29% go in to work when suffering from a mental health condition


More than a fifth (29%) of respondents go in to work when they are suffering from stress, anxiety or depression, according to research by Bupa.

Its survey of 2,000 UK employees also found that 26% of respondents attend work when they are ill because they worry about the burden of their absence on their team.

The research also found:

  • 64% of respondents have gone into work ill over the past 12 months, and 27% have ignored their doctor’s advice to stay at home.
  • 34% of respondents still go in to work when they are suffering from musculoskeletal issues, for example back ache or neck ache.
  • 20% of respondents went in to work when they were unwell because they felt they had too much work to do to be able to take time off.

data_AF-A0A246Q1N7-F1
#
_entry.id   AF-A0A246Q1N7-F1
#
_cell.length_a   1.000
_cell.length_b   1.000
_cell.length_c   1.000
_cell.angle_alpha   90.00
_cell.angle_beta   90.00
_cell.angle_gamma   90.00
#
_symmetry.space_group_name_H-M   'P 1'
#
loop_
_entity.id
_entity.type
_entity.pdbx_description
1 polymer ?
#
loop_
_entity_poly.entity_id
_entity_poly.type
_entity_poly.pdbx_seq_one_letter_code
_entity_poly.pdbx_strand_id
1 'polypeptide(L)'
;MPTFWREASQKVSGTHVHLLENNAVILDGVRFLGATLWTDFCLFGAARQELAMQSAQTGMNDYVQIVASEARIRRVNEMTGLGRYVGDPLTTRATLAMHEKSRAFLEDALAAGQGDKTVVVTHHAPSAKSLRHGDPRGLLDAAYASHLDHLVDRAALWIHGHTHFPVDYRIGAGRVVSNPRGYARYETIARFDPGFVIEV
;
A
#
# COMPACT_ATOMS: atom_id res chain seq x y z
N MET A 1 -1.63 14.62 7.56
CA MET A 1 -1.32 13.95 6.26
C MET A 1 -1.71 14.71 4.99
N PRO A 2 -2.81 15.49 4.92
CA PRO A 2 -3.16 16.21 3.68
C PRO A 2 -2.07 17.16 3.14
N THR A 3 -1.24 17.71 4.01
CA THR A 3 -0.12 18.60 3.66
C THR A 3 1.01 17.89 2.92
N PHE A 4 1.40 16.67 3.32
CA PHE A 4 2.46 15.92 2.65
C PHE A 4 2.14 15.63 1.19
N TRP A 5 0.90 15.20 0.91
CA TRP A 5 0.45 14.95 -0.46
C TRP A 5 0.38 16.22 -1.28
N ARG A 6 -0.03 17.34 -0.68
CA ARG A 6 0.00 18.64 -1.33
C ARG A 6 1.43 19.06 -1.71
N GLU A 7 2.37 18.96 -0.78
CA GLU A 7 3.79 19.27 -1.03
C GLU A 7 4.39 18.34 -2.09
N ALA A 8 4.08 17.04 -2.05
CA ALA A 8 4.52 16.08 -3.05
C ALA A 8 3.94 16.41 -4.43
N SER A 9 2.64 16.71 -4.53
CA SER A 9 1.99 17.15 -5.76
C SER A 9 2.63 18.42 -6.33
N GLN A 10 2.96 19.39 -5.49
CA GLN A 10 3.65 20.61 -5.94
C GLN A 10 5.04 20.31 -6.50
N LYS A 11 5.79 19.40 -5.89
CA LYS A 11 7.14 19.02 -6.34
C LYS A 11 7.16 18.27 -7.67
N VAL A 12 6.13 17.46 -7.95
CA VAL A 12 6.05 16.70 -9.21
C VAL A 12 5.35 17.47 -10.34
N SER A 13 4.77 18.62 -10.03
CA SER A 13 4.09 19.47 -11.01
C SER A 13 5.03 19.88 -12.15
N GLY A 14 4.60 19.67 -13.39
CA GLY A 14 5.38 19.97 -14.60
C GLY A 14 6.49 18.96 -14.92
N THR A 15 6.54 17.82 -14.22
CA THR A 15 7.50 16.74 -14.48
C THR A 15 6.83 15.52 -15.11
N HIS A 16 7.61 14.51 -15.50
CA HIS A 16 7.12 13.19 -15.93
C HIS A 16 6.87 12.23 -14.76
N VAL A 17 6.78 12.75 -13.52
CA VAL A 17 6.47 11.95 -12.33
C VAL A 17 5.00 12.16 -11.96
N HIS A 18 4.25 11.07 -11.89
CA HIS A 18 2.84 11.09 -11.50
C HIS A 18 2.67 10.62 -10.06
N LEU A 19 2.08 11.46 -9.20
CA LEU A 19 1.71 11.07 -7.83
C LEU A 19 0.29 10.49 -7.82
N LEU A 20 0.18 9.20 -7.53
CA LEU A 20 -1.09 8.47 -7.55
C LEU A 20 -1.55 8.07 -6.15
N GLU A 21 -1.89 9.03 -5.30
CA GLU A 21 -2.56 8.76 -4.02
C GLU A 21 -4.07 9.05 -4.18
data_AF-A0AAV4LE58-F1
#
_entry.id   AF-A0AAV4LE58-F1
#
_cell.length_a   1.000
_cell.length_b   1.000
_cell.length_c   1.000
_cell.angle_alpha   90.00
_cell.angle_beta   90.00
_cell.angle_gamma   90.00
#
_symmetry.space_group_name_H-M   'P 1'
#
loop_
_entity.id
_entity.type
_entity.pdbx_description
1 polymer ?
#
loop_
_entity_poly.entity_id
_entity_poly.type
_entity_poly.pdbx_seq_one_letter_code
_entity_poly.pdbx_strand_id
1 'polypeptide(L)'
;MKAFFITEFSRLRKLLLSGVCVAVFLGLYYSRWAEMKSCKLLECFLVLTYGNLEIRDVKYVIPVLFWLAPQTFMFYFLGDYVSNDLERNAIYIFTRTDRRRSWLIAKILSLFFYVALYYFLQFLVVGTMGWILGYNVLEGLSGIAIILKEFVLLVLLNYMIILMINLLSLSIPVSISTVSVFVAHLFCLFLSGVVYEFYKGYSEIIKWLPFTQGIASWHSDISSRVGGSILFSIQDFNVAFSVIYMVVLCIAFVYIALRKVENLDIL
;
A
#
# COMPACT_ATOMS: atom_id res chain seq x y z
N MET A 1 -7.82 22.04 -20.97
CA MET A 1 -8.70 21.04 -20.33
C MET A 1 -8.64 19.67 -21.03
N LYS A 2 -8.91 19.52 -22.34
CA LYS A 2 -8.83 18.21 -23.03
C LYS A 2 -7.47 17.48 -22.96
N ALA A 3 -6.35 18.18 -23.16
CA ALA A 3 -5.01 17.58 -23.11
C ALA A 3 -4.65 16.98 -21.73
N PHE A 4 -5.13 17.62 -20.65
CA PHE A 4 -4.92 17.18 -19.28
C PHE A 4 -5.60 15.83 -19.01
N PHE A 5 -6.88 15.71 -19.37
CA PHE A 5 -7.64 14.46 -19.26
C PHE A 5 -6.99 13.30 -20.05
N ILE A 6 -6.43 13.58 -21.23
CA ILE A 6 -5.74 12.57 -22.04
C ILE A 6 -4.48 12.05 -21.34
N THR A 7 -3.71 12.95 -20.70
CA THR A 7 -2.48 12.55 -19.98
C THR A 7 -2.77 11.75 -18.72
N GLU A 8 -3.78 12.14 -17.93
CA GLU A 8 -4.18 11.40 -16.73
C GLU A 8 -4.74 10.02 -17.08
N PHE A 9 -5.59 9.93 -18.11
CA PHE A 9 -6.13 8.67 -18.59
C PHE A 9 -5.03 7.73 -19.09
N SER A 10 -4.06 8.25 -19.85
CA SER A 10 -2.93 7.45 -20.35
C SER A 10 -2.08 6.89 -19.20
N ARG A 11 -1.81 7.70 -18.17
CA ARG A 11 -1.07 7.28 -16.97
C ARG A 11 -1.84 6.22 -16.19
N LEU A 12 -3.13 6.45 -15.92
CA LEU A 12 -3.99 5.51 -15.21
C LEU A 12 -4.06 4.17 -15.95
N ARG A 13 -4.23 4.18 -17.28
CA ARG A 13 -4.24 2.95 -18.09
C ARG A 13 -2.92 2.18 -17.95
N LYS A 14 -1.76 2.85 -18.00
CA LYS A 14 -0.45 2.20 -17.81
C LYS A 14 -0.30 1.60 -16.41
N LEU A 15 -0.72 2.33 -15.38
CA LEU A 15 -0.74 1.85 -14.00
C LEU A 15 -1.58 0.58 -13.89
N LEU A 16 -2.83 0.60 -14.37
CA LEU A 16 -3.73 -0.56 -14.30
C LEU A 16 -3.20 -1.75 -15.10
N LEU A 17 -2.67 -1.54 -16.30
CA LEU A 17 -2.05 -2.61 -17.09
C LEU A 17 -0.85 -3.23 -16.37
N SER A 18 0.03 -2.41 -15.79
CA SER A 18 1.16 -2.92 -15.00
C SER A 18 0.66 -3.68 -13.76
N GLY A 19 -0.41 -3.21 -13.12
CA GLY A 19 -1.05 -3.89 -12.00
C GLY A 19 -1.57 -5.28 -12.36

• 16% of respondents attend work when ill because they worried people would think they were not genuinely sick, and 13% went in to work when unwell because they were anxious about their job security.

Stuart Haydock, resilience lead at Bupa Health Services, said: “Over the years we have seen businesses working to create a culture where people feel comfortable discussing their health in the workplace. However it is clear that an element of the stiff upper lip mentality persists and that more needs to be done to encourage employees to safeguard their health and wellbeing, ensuring that they bring their best selves to work.

Mental health conditions and musculoskeletal issues are two of the most common reasons for people to be on long-term absence from work. Yet, as with most conditions, early diagnosis and treatment improves the chance of a faster recovery. We work with many businesses that signpost their people to tools and support that can help them to improve their resilience and address potential health concerns before they develop into something serious. Wellbeing should be a cornerstone of any workplace health policy and promoting the importance of listening to medical advice is a key part of that.”